We are looking for anglers with their own gear and non-anglers to help assist our biologists on shore identify, weigh and measure caught species, before returning them into the river.


Until then…

Check out what FoLAR is doing to help curb wildlife injury from discarded fishing line along the L.A. River…

Attention Anglers – Don’t miss the SECOND ANNUAL – L.A. River Cath & Release Fishing Derby – “Off tha’ Hook” – Register now – Limited Spots Available – KIDS FREE

Exploratory expedition fails to find Arroyo Seco rainbows

By Roland Trevino
Guest Contributor

For months, Jim Burns, Roderick Spilman, and I had talked about going to the Upper Arroyo Seco to cast a fly and see if any rainbow trout had survived the devastation of the Station Fire of 2009. We had spoken with Tim Brick of the Arroyo Seco Foundation and he expressed interest in any rainbow trout sightings within the Arroyo Seco system.

After a couple of significant rain events, our schedules magically aligned, and we scheduled a date certain for our expedition.

On Saturday, we arrived at Switzer in the San Gabriel Mountains at around 10:30 in the morning. A heavy mist hung in the air and the threat of rain was imminent. My son, Ansel (12), joined us for the adventure.

SAD, BUT TRUE: The deepest water didn't hold a thing. (Roland Trevino)
SAD, BUT TRUE: The deepest water didn’t hold a thing. (Roland Trevino)

Jim was armed with a nice 3-wt. fiberglass fly rod, Roderick had his trusty 3 wt., and Ansel and I had taken our 4 foot, 2 inch Redington Form game rods — novelty practice rods that actually work great in tight quarters. We also had a small pair of scissors and a container in which to keep any DNA samples we might collect.

As we walked, a thick, wet mist bathed us in dew, and we wondered if we had been unwise to leave the rain ponchos in the Jeep. Sometimes at home or even hiking, my kids and I practice casting for fun and accuracy. I cast for a while as I hiked –- sans fly. As I hiked and cast, I imagined the river as it was –- the Arroyo Seco before the fire.

Ever since I can remember, I have lived near the lower reaches of the Arroyo Seco and hiked its many trails and canyons. Even today I live off of the Millard tributary. I have fond memories of stalking rising trout since the days of my youth. I would pack a lunch, grab my 3 wt. fly rod, my mountain bike, and head out for a day on the river. I always brought a supply of barbless Elk Hair Caddis and Griffith’s Gnats, my go-to flies for the system.

Ansel Trevino, in his trademark cowboy hat, gets ready for lunch. (Roland Trevino)
DEJECTION: Ansel Trevino, in his trademark cowboy hat, surveys the sad scene. (Roland Trevino)

The Arroyo Seco was rarely large water, and remained a skinny stream most of the year. During periods of high rain, the river would rise dramatically, but usually there were times and places where the river would retreat underground, only to re-emerge. I welcomed the wildness of the forest, and listened to the wind in the trees and the gurgling of the brook.

Sometimes, I would see brightly shining trout circling each other around the red submerged roots, so entranced in their mating dance they would not notice me. Occasionally, a trout would break the mirror stillness of a nice pool. These were wary fish and the larger ones generally took up residence in bridge pools, large undercuts, the dam pool, or sometimes, small, yet deep, pocket pools.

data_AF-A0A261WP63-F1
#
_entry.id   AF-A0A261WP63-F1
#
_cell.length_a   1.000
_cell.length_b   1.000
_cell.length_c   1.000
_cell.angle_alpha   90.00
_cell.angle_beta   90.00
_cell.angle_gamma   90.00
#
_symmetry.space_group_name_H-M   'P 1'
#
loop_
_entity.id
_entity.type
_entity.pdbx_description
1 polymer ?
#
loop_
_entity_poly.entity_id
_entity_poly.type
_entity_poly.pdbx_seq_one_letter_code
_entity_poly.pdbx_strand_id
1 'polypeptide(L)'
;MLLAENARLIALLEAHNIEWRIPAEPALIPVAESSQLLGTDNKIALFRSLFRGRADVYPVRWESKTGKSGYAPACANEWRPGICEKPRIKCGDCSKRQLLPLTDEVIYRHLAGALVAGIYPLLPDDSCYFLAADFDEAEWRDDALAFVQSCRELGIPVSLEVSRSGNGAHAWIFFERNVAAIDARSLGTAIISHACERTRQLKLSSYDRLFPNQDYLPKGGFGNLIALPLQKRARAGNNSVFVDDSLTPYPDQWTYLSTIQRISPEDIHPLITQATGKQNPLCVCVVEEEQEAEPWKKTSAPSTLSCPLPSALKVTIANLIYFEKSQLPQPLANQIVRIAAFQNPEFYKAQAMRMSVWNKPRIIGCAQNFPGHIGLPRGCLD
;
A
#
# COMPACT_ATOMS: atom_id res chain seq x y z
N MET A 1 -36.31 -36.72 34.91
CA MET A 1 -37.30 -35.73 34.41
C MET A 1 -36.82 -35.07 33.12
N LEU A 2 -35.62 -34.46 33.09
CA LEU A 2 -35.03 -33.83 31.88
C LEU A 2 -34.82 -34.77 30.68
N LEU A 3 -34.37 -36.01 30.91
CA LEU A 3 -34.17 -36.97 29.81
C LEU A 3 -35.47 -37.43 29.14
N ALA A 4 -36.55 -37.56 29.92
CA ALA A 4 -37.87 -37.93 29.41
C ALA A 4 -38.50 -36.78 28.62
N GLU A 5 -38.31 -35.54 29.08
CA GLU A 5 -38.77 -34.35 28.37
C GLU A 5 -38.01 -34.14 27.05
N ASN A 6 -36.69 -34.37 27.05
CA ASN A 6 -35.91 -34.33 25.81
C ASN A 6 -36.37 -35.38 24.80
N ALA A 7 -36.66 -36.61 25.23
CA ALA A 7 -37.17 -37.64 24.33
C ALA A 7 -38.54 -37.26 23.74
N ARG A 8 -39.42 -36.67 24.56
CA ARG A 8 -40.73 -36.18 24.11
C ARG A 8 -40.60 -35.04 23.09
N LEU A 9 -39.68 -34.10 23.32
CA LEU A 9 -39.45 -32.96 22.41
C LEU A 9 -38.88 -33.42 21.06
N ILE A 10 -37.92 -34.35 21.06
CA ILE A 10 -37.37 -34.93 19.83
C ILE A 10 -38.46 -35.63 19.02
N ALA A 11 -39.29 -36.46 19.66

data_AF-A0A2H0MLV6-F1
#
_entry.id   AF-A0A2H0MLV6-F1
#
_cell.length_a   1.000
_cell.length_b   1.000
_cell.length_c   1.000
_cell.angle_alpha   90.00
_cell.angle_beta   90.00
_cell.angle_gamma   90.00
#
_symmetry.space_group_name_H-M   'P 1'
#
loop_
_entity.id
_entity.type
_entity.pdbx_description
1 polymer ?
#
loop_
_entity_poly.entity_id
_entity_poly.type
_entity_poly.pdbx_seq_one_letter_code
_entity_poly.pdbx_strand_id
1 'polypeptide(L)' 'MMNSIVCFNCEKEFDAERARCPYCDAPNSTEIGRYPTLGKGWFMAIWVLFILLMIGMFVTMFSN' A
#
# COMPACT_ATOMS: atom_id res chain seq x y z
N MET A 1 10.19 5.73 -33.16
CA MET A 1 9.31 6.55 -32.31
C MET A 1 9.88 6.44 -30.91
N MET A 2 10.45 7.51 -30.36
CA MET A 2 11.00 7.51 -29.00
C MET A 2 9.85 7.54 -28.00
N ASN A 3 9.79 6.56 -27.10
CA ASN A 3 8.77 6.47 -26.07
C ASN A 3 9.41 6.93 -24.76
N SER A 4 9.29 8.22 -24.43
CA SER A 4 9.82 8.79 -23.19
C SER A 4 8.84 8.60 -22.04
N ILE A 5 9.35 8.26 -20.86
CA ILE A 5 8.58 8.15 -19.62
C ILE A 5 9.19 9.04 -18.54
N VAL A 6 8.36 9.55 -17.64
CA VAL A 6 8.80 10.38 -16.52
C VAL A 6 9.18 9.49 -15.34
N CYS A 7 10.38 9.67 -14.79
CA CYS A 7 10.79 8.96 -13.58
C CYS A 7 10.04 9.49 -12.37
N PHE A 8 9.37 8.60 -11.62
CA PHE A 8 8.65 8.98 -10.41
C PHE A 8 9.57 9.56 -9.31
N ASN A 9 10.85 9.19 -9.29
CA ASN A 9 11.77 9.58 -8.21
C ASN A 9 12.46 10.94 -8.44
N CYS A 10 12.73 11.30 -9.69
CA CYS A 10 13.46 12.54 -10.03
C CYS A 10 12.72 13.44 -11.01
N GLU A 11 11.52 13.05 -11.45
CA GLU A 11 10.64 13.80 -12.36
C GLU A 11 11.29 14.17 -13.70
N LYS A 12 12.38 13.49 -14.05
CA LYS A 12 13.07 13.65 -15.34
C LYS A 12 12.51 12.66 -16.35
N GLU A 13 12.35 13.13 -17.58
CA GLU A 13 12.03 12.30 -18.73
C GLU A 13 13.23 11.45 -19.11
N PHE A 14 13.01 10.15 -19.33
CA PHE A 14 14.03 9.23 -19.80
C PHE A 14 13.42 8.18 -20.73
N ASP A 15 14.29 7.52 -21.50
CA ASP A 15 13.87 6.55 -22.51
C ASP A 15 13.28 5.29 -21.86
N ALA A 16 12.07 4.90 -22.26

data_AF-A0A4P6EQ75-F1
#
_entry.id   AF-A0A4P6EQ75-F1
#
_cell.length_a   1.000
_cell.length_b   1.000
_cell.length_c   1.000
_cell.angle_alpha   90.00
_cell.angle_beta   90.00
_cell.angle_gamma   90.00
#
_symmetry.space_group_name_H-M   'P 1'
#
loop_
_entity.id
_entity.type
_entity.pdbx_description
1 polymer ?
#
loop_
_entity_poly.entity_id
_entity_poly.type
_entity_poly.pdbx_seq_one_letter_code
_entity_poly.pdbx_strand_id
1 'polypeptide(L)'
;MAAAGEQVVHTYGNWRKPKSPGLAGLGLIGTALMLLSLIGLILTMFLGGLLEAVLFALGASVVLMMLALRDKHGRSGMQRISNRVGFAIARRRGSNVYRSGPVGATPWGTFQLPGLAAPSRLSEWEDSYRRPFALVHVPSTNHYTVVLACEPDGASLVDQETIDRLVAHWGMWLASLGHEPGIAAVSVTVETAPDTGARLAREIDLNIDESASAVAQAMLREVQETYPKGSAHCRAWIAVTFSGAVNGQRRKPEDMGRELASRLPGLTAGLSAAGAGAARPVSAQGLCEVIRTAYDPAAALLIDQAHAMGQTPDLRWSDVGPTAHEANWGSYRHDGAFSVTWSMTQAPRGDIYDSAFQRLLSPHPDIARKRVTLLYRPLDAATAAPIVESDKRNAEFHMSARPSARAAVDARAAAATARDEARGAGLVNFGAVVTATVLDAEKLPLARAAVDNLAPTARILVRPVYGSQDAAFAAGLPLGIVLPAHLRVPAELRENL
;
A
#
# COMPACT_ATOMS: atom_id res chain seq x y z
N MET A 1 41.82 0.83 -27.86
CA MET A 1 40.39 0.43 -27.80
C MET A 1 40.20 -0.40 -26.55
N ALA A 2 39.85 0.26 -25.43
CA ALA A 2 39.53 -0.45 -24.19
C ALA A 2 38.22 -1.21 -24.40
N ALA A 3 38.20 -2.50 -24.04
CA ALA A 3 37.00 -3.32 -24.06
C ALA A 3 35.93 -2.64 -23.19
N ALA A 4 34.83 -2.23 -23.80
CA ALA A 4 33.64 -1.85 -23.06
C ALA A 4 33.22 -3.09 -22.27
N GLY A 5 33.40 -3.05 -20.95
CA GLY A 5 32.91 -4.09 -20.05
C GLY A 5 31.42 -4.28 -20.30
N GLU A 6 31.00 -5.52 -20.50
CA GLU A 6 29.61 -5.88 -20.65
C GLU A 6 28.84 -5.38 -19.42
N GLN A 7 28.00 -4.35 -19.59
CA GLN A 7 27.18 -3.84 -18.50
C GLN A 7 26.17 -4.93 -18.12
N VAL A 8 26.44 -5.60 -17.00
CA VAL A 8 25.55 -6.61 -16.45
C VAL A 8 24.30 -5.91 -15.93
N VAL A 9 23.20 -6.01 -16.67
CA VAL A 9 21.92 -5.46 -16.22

This was really fishy water from the headwaters of the Arroyo Seco below Red Box, down to the lower portion of the Arroyo Seco above JPL. I had a chance to fly-fish many sections of the Arroyo Seco, or to spy a trout holding in the stream as I shot by on a mountain bike. It is amazing to think that before the Devil’s Gate and Brown Mountain Dams, large steelhead even swam in these tributaries.

At first we talked and laughed happily, enthralled at the excitement of our quest and the impending discovery of large holdout rainbow trout. As we walked, our gaze trained on the river. Not a single pool to be seen. All features of the river have been erased. Tons and tons of sand and pebbles filled the area that had once provided great habitat for fish.

Saturday, the stream was a rapid, narrow band of water that descended in a straight line toward the sea. As we walked on, our spirits remained up, but short pockets of silence punctuated our hike. I think during these times, we each may have contemplated the reality that there were likely no fish in this part of the system. We stopped atop the falls and ate our sandwiches, trail mix and tangerines. Roderick went on a quick, exploratory scouting mission to ensure that we were not missing any incredible pools just beyond the next bend. He returned a while later with the news that the creek looked the same beyond the falls.

After lunch, we packed up our trash and headed back to the waiting Jeep. As we approached the car, we agreed to salvage the rest of the day by wetting a line on the L.A. River. After all, I had found a promising new spot I wanted to check out.

Although this expedition had not turned up any rainbow trout, we had enjoyed a fun adventure and still remain hopeful they may exist somewhere in the Arroyo Seco system. It is incredible how much devastation the Station Fire and the record rainfall that followed it did to the Arroyo Seco system. Massive walls of mud, burned logs and debris made their way down the river, destroying everything in their path. While there is a certain resilience in nature, it would appear some things cannot undo themselves … at least for the time being.